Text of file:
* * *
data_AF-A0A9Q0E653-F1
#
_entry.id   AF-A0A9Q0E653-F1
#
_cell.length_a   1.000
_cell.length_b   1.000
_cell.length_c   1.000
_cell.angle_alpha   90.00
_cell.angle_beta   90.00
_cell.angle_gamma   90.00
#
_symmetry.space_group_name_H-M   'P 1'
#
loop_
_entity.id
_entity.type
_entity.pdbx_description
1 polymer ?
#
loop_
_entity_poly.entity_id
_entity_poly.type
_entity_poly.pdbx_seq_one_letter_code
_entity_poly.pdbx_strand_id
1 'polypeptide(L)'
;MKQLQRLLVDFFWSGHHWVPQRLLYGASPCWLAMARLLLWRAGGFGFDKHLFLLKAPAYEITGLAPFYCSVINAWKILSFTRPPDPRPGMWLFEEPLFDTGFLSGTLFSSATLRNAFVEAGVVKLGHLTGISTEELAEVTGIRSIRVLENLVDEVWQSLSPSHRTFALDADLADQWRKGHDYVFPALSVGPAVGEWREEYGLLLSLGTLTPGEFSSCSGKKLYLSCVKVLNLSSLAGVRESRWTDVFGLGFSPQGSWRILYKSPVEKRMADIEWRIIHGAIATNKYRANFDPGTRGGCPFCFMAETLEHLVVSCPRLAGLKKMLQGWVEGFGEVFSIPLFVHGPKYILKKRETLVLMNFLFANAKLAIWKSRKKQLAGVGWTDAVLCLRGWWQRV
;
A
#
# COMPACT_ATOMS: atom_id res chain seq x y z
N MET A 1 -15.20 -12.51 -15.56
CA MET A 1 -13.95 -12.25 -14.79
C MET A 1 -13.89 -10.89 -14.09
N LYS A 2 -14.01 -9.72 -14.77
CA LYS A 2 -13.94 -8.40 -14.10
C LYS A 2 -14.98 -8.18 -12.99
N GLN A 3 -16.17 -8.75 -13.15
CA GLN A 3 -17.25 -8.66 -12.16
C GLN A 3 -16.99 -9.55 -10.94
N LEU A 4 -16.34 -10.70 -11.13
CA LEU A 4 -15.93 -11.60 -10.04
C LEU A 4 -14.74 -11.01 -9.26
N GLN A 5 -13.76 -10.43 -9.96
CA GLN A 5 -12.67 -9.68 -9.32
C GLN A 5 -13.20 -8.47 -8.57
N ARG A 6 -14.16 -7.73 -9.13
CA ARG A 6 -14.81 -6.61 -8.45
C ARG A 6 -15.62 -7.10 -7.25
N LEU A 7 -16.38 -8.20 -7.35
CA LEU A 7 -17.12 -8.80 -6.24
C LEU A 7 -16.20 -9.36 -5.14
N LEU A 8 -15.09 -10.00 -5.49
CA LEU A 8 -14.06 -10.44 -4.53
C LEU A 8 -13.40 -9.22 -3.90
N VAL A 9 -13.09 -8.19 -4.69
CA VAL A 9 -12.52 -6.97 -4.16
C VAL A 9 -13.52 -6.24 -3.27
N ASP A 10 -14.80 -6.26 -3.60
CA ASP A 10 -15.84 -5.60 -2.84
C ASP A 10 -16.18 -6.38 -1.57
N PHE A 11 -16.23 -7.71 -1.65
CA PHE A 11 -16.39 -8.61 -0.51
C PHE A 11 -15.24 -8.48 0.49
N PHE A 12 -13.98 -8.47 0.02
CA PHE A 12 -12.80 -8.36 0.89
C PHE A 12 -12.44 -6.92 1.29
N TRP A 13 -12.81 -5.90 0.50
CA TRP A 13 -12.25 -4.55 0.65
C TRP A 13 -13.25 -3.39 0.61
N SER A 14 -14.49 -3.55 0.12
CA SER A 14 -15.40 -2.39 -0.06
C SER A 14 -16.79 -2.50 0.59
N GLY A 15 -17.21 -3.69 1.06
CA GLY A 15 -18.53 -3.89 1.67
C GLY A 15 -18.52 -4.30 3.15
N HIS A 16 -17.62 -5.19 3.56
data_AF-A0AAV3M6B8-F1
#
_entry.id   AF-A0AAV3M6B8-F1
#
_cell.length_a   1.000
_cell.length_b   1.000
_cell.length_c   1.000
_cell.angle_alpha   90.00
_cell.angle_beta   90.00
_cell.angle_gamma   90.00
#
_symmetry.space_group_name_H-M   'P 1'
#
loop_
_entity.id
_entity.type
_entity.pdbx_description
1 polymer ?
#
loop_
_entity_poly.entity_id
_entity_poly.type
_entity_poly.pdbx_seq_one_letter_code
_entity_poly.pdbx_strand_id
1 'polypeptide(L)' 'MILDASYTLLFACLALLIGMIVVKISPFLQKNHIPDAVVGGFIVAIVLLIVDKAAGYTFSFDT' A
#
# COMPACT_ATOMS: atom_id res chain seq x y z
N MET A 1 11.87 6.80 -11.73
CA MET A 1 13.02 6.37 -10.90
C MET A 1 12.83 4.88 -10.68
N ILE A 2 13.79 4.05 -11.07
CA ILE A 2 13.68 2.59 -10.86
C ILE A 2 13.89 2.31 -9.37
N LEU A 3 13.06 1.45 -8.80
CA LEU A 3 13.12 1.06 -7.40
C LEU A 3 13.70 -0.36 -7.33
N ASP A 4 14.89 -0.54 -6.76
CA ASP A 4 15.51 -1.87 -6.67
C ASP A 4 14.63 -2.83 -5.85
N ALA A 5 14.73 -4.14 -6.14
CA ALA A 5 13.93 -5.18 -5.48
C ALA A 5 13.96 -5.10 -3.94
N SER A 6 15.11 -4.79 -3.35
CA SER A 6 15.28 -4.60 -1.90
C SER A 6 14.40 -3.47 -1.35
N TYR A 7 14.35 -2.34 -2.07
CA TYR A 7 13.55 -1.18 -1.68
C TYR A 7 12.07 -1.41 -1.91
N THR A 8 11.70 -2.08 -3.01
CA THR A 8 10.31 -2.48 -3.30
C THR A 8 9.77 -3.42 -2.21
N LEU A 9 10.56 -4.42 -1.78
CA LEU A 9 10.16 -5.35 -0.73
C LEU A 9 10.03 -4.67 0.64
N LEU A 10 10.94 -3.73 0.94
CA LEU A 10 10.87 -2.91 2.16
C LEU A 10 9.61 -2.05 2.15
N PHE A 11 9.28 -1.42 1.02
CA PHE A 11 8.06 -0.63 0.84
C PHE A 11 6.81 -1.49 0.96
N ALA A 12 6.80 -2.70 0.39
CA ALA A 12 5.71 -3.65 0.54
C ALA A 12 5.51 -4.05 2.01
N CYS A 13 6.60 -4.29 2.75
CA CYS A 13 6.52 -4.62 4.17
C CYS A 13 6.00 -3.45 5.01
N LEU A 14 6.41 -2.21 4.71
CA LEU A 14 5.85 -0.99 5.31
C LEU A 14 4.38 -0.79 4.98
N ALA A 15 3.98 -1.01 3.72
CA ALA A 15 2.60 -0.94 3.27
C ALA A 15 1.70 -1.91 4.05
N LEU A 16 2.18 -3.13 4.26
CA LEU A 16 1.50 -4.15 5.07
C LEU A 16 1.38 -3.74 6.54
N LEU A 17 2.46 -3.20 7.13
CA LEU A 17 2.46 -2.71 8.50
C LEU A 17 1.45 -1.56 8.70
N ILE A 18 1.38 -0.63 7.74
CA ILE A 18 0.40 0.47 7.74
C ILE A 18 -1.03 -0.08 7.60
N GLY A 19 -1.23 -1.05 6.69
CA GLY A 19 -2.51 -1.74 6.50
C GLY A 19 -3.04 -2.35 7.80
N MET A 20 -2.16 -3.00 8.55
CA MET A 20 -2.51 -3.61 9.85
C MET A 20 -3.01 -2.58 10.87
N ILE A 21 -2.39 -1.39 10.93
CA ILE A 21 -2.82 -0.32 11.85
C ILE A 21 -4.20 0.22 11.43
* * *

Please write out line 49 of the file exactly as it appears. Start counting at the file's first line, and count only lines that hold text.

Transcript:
N LEU A 7 -16.38 -8.20 -7.35